with windows vista and directx 10 games coming out do you think there will be far more advanced ways to protect media? Songs downloaded from Napster can't be converted - they have to be recorded using software like tunebite. Prince of Persia 3 uses starforce protection that leaves downloaders unable to play unless they disconnect the IDE cables for the disc drives. It seems like sophisticated media protection is the wave of the future.
I'm not hyping. I'm stating possibilities. Worst case, everything you produce is signed, and kept permanently attached to the data in a resource fork or alternate data stream.
And why not? It's for your own safety! <insert spin>
Effective signing of everything you create would require supporting PC hardware, software, network equipment and whatnot. Also, such a solution could not be allowed to work on or with legacy hardware, because that would be a security hole, that means not transferring from "safe" PC's to "unsafe" ones.
You do realize most of these things are happening right now? Both HD-DVD and Blu-ray are built to (optionally) not support legacy hardware, and to implement a secure encrypted data path all the way from disc to display, and will refuse to work at full resolution if this is not provided? This includes the video playback framework in Vista.
Backward compatibility is there, Blu ray and HD-DVD are going to work in windows XP, using a software player, and software player means it can and will be cracked. Also, there's already devices on sale to filter out the HDCP from a HDMI stream (They recieve the stream encrypted and just output it decrypted). And key revocation? As soon as a key of an device that is spread far enoguh has been broken, the system is doomed.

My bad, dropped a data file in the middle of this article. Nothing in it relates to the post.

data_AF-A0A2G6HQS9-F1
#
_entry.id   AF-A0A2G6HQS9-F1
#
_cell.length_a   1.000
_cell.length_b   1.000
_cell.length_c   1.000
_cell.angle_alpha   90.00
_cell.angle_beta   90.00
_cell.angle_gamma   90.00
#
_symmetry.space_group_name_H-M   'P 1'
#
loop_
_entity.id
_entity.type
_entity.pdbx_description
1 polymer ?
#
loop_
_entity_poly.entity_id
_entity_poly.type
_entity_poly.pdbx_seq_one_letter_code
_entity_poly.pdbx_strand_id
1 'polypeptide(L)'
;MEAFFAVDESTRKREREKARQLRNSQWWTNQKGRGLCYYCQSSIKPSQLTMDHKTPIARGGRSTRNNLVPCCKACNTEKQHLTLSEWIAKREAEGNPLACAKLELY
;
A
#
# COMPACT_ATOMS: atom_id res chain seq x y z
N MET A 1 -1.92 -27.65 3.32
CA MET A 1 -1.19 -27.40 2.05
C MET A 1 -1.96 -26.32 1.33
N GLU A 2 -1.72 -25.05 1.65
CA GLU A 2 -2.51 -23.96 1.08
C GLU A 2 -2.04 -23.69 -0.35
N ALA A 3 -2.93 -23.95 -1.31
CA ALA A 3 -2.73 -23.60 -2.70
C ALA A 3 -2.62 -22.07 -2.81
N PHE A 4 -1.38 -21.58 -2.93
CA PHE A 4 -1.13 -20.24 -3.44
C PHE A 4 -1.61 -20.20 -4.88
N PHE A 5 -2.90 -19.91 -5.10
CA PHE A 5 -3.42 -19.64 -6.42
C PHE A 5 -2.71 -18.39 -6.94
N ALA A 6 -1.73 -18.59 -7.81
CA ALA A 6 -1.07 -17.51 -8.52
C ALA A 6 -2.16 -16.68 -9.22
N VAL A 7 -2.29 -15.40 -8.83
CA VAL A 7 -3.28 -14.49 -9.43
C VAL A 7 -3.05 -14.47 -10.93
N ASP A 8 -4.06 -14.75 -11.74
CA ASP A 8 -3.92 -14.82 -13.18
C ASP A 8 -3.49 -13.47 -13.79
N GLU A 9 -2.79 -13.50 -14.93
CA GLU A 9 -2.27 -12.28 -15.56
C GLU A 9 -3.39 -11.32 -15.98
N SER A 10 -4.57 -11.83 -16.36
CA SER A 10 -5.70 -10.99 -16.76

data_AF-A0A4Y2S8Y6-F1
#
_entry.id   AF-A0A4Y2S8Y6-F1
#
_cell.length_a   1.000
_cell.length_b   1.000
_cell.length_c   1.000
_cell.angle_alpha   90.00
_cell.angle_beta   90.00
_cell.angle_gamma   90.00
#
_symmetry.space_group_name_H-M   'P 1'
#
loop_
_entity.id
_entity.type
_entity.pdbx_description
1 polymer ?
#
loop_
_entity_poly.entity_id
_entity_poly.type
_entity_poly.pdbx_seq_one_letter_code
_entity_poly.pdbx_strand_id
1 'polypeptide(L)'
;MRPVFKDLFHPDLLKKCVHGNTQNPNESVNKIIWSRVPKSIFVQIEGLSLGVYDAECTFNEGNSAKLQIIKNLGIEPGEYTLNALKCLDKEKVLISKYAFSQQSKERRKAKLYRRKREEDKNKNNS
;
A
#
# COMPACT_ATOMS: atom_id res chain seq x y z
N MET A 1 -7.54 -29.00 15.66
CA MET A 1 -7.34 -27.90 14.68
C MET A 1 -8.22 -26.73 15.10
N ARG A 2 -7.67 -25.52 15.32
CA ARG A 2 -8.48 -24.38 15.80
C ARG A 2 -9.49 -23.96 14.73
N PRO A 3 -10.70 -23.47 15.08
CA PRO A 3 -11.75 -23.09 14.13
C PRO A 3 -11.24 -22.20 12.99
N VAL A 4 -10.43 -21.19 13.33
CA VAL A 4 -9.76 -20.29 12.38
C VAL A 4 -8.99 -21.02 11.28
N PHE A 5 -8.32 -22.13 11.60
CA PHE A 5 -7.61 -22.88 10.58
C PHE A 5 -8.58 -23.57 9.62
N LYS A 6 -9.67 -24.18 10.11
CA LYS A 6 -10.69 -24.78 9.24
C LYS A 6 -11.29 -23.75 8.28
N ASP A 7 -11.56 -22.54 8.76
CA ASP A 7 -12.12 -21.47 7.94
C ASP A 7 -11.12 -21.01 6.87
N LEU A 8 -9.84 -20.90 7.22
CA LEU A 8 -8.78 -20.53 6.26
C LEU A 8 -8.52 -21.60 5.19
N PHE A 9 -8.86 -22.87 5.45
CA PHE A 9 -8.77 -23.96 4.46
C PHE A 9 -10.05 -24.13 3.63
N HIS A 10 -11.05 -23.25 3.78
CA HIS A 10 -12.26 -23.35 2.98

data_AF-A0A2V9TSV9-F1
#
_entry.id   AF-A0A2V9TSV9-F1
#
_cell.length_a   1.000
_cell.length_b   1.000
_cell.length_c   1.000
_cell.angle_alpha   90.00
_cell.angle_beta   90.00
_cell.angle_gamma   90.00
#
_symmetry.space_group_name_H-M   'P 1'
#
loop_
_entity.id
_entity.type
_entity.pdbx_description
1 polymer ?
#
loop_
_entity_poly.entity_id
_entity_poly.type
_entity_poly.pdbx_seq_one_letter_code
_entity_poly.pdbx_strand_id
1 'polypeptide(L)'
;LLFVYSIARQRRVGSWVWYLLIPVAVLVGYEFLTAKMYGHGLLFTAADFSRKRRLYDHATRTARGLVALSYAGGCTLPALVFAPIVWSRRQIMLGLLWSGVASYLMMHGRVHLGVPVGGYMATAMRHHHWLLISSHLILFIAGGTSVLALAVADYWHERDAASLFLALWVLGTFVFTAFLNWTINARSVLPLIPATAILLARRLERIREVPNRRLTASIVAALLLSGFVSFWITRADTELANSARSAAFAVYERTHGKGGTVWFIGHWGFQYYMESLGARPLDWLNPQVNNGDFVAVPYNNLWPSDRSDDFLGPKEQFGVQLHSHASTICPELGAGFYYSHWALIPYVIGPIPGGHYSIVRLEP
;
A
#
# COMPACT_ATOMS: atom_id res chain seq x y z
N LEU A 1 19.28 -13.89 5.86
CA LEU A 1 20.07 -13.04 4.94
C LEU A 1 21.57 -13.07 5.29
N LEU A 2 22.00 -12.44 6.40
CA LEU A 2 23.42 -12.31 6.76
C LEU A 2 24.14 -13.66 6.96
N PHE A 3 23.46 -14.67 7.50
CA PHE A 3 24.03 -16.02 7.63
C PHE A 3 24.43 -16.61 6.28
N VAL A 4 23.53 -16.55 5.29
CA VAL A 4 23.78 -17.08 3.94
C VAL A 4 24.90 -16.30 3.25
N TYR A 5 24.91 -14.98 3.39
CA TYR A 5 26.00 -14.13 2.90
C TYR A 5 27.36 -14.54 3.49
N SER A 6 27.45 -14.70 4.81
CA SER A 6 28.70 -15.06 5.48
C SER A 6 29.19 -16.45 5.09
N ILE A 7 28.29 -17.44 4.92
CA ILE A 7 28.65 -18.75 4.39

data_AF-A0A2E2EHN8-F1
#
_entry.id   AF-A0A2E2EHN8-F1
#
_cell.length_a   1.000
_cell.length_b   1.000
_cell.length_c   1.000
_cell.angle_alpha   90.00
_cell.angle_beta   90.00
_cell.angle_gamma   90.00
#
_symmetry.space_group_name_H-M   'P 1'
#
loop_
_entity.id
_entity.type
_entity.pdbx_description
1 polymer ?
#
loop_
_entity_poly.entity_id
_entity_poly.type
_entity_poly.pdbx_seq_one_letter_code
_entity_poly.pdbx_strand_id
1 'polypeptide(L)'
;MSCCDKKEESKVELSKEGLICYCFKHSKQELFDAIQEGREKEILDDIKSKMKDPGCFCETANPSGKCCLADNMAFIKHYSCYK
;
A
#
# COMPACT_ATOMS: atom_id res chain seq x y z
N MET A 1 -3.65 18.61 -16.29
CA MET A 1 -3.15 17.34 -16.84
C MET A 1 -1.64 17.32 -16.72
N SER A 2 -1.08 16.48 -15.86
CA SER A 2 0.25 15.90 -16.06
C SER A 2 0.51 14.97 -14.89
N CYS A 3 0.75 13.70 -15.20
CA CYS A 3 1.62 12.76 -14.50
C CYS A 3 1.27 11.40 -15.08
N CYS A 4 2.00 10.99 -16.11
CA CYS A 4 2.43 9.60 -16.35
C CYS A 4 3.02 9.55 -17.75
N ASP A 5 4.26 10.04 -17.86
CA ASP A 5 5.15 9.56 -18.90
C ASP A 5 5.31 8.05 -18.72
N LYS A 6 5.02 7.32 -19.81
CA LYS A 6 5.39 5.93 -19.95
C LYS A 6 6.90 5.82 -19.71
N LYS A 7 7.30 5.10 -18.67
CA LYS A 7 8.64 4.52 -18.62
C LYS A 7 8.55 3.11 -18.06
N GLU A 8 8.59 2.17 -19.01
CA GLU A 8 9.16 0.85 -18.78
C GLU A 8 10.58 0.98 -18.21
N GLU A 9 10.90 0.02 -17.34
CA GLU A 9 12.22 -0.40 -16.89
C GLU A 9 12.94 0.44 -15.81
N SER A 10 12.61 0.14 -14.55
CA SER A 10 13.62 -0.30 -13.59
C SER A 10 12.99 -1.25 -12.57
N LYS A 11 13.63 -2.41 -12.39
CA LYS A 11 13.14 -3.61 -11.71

This secure path does not enable you to copy data from medium to medium/PC to PC and to convert it to different formats, which is something you'll want to do with your own documents/data. It was also made to work only with certified OSes and players, and only needs to work with video streams.
It's once all the required pieces are in place (both hardware and software) that things will become problematic. XP has a lifecycle, and will eventually be replaced by Vista and Vista's successors on all machines that matter. Same with OSX. Once all the required components are in place will the race be on.
I didn't say it did. I said that your arguments for it being impossible to do are invalid, because an effort of similar difficulty is being made right now. The aim is somewhat different, but it could easily be done again, especially when a lot of the stuff that's being put in place can be reused.
Dude, put down the tripcode and take a deep breath. Like I said, this isn't slashdot.
Reverse engineering a modern microprocessor is cheaper than building one from scratch. Second, your understanding of the PSP's security model is clearly lacking. They've got all the bits you suggest in there in the current revisions: a TPM analogue, signed software components all the way up from the BIOS-equivalent (it being a MIPS-based system, so no x86-style BIOS), hardware verification and attestation, you name it. Hell, even the original Xbox had signed software components and hardware verification using an "onion" model, and look at what happened: some MIT dude puts a FPGA-based bus analyzer on top of the cpu-to-northbridge wires and BOOM.
> Dude, put down the tripcode and take a deep breath. Like I said, this isn't slashdot.
You're right, it isn't. So why the patronizing tone?